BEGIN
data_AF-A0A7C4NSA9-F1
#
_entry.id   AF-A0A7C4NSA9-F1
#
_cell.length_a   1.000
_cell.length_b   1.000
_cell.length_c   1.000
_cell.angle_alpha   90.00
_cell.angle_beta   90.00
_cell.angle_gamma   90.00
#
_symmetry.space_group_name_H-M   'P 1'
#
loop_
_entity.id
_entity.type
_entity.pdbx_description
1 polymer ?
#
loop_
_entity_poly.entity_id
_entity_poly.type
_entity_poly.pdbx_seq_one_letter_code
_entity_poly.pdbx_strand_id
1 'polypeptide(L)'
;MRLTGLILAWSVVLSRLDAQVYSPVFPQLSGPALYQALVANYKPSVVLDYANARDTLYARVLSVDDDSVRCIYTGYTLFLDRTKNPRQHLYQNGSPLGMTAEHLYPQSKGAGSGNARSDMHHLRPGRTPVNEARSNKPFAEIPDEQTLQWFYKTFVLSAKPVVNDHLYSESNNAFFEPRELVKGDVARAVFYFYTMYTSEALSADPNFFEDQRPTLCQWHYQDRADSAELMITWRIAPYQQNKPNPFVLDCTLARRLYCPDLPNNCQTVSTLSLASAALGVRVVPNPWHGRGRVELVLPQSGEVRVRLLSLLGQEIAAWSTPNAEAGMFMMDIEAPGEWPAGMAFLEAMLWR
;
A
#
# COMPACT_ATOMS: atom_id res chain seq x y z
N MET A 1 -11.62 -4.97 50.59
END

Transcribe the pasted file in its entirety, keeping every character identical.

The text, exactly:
data_AF-A0A7C4NSA9-F1
#
_entry.id   AF-A0A7C4NSA9-F1
#
_cell.length_a   1.000
_cell.length_b   1.000
_cell.length_c   1.000
_cell.angle_alpha   90.00
_cell.angle_beta   90.00
_cell.angle_gamma   90.00
#
_symmetry.space_group_name_H-M   'P 1'
#
loop_
_entity.id
_entity.type
_entity.pdbx_description
1 polymer ?
#
loop_
_entity_poly.entity_id
_entity_poly.type
_entity_poly.pdbx_seq_one_letter_code
_entity_poly.pdbx_strand_id
1 'polypeptide(L)'
;MRLTGLILAWSVVLSRLDAQVYSPVFPQLSGPALYQALVANYKPSVVLDYANARDTLYARVLSVDDDSVRCIYTGYTLFLDRTKNPRQHLYQNGSPLGMTAEHLYPQSKGAGSGNARSDMHHLRPGRTPVNEARSNKPFAEIPDEQTLQWFYKTFVLSAKPVVNDHLYSESNNAFFEPRELVKGDVARAVFYFYTMYTSEALSADPNFFEDQRPTLCQWHYQDRADSAELMITWRIAPYQQNKPNPFVLDCTLARRLYCPDLPNNCQTVSTLSLASAALGVRVVPNPWHGRGRVELVLPQSGEVRVRLLSLLGQEIAAWSTPNAEAGMFMMDIEAPGEWPAGMAFLEAMLWR
;
A
#
# COMPACT_ATOMS: atom_id res chain seq x y z
N MET A 1 -11.62 -4.97 50.59